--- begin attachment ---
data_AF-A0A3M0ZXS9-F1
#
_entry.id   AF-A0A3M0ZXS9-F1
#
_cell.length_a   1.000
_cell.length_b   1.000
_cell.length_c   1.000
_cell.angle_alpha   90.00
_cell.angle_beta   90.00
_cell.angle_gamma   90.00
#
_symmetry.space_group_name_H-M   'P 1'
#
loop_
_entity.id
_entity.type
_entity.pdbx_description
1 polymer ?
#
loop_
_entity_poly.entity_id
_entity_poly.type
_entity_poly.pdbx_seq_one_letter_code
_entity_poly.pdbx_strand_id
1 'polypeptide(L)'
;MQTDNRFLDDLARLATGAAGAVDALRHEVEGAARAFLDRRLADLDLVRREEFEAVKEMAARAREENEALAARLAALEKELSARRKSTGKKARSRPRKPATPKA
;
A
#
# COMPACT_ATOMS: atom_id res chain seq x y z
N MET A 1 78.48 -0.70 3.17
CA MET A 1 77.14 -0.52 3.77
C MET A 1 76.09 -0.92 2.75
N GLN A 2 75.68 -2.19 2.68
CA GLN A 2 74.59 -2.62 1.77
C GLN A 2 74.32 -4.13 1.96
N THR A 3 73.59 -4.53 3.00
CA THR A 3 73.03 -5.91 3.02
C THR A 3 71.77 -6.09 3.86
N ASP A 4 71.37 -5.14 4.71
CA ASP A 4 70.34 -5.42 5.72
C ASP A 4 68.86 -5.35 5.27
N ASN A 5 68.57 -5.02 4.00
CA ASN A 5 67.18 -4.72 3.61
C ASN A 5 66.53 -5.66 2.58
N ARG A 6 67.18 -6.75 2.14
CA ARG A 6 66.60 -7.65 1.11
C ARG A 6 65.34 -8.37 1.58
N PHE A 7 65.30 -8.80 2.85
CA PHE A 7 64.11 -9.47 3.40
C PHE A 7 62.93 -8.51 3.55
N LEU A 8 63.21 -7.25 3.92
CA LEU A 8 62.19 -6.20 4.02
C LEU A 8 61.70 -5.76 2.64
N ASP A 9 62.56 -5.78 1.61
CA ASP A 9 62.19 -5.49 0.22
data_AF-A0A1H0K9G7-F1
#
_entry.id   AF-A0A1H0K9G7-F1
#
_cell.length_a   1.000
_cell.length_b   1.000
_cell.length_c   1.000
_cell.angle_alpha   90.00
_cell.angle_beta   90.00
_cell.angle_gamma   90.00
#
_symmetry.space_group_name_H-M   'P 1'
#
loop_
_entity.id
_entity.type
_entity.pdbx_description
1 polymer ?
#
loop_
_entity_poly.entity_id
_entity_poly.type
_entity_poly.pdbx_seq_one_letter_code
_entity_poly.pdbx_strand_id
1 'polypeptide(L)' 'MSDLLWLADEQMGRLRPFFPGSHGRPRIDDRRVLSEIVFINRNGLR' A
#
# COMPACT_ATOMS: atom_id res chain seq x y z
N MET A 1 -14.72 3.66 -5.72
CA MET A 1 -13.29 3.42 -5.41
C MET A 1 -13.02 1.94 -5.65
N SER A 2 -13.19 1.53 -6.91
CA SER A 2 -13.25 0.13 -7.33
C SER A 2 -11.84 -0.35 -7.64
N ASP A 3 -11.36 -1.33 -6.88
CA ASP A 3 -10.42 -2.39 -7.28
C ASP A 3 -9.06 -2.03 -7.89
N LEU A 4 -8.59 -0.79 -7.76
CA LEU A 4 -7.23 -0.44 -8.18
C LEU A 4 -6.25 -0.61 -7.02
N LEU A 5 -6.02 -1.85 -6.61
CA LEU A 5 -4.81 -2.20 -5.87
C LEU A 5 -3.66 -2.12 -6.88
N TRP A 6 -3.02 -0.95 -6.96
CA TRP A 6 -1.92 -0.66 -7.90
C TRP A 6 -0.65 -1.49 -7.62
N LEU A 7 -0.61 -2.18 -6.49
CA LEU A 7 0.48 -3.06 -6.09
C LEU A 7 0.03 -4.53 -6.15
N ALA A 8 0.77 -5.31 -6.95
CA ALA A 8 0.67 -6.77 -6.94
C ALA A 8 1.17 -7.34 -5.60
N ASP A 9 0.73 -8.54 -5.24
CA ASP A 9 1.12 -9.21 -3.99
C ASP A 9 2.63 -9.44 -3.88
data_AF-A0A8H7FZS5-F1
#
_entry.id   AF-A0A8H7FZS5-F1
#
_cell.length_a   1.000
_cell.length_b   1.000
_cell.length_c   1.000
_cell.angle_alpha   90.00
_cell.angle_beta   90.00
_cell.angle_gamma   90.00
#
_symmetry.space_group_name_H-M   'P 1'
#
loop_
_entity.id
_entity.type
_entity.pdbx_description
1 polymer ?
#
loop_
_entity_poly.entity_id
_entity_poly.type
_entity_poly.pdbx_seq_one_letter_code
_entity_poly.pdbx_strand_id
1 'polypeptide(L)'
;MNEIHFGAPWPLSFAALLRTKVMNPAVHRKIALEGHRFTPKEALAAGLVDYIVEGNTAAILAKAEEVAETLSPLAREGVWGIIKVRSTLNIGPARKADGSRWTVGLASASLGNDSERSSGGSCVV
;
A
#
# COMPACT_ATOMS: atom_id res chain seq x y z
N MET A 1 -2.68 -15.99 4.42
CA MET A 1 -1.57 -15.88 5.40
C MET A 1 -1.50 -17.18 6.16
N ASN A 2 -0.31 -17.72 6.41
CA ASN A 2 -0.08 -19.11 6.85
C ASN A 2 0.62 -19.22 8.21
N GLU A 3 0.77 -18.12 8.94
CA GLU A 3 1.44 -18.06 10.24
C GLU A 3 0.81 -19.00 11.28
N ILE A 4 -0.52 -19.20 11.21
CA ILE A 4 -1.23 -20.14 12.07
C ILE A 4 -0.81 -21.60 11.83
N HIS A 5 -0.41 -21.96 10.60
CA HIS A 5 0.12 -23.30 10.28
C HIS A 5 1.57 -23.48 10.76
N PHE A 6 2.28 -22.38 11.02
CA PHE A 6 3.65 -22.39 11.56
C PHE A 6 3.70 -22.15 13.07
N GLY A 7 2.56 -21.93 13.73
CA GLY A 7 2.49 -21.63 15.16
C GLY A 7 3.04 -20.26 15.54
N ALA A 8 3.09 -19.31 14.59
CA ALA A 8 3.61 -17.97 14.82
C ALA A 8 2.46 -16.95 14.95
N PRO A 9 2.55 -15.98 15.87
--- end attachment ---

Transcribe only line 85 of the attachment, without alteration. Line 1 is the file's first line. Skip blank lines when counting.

CA MET A 1 -13.29 3.42 -5.41